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Image Gallery: Surgical Tension Lines

Susanna Hinkle Schwartz, DVM, DACVS, MedVet Medical and Cancer Center for Pets, Cincinnati, Ohio

Leah Miller, DVM, MedVet Medical and Cancer Center for Pets, Cincinnati, Ohio

Surgery, Soft Tissue

|March 2017|Peer Reviewed|Web-Exclusive

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An awareness of skin tension lines is essential when excising masses or closing wounds. Failure to identify tension lines can result in incision dehiscence, skin necrosis, or even creation of a biological tourniquet on a limb.

Skin in different regions of the body has varying pliability, thickness, and attachments to underlying fascia. Age, concurrent metabolic disease, and breed type can affect skin characteristics. Tension in the skin is determined by the pull of collagen and elastin in the dermal and hypodermal layers. Maps of Langer lines that can help novice surgeons determine accurate lines of tension are described in the literature (see Suggested Reading). 

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In general, closure of the wound parallel to tension lines is the easiest technique. Parallel closure results in less tension on sutures and fewer dog ears (ie, unsightly skin puckering), while avoiding damage to underlying vasculature on a limb. In attempts to close an incision or wound, the skin edges should be gently manipulated in several directions to ensure the closure does not exceed tension limits. Closure should be continued only if the skin can bear minimal tension. Placement of towel clamps or skin hooks can be useful in determining where tension is the greatest, in addition to holding the skin in apposition to facilitate suturing. When the incision is subjected to too much tension, tension-relieving techniques should be considered. The simplest technique is undermining the tissue underneath the panniculus (where present) while avoiding the vascular supply. Other techniques include:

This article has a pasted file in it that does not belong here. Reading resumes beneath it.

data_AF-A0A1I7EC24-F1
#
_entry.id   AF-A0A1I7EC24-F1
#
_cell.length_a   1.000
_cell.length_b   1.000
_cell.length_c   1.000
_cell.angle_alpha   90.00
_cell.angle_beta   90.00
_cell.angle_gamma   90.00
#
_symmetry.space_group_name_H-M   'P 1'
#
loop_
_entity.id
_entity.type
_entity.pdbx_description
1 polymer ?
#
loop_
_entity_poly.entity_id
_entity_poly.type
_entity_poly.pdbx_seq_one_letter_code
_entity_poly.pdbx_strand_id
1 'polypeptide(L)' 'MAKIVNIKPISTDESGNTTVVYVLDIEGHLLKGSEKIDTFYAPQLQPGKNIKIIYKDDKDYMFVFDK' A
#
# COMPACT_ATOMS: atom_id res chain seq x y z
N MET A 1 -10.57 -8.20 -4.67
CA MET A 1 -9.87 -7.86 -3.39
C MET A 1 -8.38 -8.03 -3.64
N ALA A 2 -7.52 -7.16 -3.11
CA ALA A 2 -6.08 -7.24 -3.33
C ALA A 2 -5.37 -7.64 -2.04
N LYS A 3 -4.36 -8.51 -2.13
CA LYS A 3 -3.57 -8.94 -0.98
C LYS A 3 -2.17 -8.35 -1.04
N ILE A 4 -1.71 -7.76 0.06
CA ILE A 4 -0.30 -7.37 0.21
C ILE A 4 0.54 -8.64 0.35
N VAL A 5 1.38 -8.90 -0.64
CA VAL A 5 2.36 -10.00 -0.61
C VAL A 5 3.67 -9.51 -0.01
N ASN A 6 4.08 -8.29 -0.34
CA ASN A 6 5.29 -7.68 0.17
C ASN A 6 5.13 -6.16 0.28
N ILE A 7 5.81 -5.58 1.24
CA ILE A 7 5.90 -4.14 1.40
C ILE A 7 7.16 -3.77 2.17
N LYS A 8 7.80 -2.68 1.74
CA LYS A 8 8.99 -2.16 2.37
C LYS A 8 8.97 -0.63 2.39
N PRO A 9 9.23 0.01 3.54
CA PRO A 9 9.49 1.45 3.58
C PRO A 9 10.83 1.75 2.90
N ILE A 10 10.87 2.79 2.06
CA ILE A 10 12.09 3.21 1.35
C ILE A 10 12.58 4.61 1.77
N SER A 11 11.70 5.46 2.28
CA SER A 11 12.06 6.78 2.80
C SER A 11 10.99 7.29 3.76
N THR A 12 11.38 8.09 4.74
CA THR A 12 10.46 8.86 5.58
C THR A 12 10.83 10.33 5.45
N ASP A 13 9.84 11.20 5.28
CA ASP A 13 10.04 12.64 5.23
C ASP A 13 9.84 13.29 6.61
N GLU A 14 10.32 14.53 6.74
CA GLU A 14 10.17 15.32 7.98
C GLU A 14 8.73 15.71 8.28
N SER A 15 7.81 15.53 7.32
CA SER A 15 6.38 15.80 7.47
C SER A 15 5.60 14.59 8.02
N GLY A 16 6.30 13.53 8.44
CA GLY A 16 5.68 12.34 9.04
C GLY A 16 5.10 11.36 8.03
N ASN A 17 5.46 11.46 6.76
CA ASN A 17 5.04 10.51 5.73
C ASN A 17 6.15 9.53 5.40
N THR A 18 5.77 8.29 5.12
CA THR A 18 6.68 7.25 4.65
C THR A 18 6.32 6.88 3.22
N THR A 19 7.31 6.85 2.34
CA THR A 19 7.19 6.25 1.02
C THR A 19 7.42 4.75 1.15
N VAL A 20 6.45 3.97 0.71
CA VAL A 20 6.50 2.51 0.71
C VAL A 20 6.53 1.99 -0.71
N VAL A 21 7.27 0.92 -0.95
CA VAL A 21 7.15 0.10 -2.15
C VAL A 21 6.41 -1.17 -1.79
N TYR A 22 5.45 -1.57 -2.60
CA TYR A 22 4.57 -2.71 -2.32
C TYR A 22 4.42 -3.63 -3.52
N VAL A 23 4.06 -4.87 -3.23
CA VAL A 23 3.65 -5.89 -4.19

• Tension-relieving suture patterns
    • Vertical mattress
    • Far-near-near-far
    • Horizontal mattress through rubber stents
  • Releasing incisions
  • Z-plasty or V-Y plasty
  • Stretching techniques.

References and Author Information

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